Health Savings Accounts (HSAs) are relatively new to the health insurance field. An HSA is a tax friendly savings account that is available to anyone who signs up for a High Deductible Health Plan (HDHP), which must meet certain IRS requirements.
Income Tax Benefits
Unlike most retirement accounts, HSAs are double tax advantaged. Both your contributions and withdrawals to the HSA are tax exempt, as long as they are only used for health expenses. If your HSA is sponsored by your employer and your contributions come directly out of your paycheck, the contributions are exempt from all taxes, including FICA taxes. If your contributions are made with after tax income, you are able to deduct the contributions on your tax return to reclaim the federal and state taxes, but the contribution will have still been subject to medicare and social security taxes. So for both convenience and tax purposes, you are best off having contributions made directly from your paycheck.
What this means for you depends on your tax bracket and effective tax rate. In other words, the tax advantage varies from person to person. However, lets assume that your effective tax is 15% between federal and state taxes after all deductions. On top of that, your pay is subject to 7.65% FICA taxes (medicare and social security). If you contribute $1,000 to your HSA directly from your paycheck, you’re only sacrificing $773.50, in take home pay. Remember, that $1000 in your HSA is still yours, so you’ve basically just made $226.50 in free money. Actually, you’ve probably made a little more, since you’re reducing your income in your highest tax bracket.
Now, if don’t have your HSA contribution taken out of your paycheck, you’re still allowed to deposit money into the account with your take home pay. At the end of the year, you’re able to write these contributions off on your federal and state taxes. Assuming the same tax rates, a $1,000 contribution to your HSA is now sacrificing $850 in take home pay, since you’re not dodging the FICA taxes. Still a win, but not quite as big as having the contributions made directly from your paycheck. And being realistic, for most people, once their paycheck hits their bank accounts, it’ll never see an HSA.
Emphasis on Savings
If you’re familiar with Flex Spending Accounts, an HSA may sound familiar. But with a Flex Spending Account, your contributions had to be spent by the end of the year, or else you lost them. I always thought that was an awful deal. Appropriately, HSAs have ‘savings’ in their name because they are meant to help you save. An HSA, and the money in it is always yours. You need to be enrolled in an High Deductible Plan to start an HSA and to make contributions to the HSA, but if you leave the HDHP, the money that is already in the HSA stays with you in the HSA. You also get to keep the HSA when you leave your employer and when you retire. Better yet, your HSA can earn interest and investment gains, all of which are tax free as well, and all of which stay with you.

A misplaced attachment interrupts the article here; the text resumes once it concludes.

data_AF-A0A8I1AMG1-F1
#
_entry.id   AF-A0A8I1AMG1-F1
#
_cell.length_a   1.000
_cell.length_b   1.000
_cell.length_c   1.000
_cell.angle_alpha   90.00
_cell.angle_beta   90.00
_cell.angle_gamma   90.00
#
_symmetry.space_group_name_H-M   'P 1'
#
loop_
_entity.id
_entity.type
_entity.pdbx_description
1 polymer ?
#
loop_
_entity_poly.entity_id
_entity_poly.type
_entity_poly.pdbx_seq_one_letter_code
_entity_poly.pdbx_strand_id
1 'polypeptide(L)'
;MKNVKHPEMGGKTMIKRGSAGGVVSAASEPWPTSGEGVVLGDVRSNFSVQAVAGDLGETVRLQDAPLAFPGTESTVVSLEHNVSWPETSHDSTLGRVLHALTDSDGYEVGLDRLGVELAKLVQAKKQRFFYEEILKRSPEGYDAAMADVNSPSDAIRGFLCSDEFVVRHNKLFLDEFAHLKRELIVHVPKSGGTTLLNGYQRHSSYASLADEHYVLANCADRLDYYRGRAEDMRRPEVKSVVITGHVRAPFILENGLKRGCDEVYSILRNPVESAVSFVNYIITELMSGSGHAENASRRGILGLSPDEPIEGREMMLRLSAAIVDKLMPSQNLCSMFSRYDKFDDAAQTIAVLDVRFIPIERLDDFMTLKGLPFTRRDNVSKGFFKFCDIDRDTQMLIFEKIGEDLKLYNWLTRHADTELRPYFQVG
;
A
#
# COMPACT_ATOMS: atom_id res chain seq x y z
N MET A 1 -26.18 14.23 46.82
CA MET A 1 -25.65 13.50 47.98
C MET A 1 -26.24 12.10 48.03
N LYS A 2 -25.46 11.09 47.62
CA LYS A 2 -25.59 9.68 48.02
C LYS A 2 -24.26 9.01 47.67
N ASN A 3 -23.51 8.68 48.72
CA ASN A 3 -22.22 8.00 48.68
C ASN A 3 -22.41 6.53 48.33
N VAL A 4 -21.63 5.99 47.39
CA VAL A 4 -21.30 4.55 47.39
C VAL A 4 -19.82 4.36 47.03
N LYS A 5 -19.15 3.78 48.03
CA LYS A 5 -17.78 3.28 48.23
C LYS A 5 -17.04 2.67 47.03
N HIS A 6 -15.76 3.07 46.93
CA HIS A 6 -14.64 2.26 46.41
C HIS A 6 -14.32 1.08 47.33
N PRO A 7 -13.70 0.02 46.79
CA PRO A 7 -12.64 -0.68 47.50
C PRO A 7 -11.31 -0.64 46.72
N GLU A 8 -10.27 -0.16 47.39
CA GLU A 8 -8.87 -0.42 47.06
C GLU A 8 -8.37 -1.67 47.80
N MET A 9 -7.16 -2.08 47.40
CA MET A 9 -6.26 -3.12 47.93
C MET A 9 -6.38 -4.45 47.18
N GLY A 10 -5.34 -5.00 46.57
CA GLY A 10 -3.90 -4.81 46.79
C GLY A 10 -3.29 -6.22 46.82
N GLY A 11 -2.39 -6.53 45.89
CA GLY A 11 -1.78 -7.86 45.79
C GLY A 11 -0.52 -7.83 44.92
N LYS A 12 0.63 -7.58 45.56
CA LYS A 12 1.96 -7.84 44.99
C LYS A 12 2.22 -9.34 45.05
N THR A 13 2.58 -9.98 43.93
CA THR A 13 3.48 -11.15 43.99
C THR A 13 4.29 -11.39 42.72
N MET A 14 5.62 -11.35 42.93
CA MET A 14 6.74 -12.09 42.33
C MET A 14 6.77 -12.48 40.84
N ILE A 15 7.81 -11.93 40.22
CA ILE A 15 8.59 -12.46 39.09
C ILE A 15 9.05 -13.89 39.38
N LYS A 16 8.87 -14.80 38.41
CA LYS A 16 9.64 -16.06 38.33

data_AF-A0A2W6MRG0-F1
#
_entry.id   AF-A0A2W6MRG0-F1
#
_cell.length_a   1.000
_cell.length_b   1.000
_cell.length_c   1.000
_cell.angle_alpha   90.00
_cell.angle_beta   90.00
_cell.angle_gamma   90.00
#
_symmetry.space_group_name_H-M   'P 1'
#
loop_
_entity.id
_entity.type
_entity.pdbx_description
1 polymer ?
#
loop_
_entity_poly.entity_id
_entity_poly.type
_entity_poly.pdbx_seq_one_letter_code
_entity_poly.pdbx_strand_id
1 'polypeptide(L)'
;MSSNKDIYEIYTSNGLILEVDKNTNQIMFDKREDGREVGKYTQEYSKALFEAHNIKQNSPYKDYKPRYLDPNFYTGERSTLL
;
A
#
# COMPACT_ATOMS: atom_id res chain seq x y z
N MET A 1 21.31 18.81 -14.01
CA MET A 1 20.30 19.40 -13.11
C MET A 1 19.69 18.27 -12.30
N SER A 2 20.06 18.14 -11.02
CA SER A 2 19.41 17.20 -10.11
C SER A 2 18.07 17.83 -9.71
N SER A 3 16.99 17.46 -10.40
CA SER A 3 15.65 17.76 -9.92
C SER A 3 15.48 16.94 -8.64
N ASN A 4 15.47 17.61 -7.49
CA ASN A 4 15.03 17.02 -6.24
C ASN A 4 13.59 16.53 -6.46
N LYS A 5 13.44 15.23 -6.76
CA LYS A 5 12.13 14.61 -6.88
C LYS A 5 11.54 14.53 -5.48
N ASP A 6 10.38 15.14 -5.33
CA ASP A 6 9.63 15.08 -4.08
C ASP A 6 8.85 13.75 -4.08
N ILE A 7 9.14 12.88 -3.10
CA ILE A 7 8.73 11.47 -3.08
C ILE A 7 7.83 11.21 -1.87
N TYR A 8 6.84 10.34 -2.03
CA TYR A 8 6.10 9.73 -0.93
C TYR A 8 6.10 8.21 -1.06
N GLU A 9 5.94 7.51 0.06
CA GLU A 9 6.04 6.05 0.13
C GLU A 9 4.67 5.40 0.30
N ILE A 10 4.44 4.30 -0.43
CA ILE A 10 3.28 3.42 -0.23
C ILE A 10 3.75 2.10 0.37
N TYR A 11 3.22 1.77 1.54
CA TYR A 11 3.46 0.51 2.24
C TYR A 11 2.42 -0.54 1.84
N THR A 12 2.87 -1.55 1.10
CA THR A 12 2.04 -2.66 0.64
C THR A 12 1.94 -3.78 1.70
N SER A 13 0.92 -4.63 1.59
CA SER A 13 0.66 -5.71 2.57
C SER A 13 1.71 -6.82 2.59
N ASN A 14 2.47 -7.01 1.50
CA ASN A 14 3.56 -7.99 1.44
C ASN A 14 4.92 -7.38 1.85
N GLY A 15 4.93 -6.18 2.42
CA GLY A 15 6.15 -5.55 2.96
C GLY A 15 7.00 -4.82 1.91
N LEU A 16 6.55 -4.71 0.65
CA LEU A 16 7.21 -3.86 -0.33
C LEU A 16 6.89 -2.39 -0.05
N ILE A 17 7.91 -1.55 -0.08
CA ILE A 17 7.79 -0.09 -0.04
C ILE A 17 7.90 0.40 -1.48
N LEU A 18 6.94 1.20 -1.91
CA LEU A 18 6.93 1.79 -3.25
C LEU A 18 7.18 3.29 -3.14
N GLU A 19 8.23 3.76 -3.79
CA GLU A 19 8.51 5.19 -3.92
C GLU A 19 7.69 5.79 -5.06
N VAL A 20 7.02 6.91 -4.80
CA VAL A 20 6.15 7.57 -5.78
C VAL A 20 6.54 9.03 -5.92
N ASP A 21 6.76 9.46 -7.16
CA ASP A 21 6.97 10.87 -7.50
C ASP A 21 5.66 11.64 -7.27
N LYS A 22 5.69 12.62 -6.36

Remember though, the HSA is only meant to be used on health expenses. If you get caught using your HSA elsewhere, you owe taxes and penalties on the money. Technically, you could say this is a drawback of an HSA. I view it as another positive. I view my HSA as my second emergency fund and the rules on the HSA just keep me from being remotely tempted to spend that part of my emergency fund where I shouldn’t be. Of course you don’t want to use your HSA as your only emergency fund, since you won’t be able to use the money to fix your furnace or flat tire.
Employer Sponsored HSAs
If you are covered by an employer sponsored High Deductible Health Plan, your employer also likely offers an HSA through a particular bank. You don’t have to go with the bank that your employer works with. But, unless you have a real compelling reason not to go with your employer sponsored HSA, you should.
Firstly, in most cases, your employer will only offer to take HSA contributions directly out of your paycheck if you open an account with the HSA they offer. This gives you the extra tax savings of avoiding FICA taxes.
Secondly, employers usually pay some or all of the account maintenance fees on the HSA. Since HSAs are still relatively new, its still hard to find banks that offer fee free HSAs.
Thirdly, many employers offer a match on your contributions to the HSA. Its likely that you will only be eligible for the match if your contributions are made to the employer sponsored HSA and directly from your paycheck.
While I do strive to only write accurate information and dispense valuable advice, I am not a licensed financial adviser. All information is based solely on my personal experience and personal research and should be treated as such. Find out more.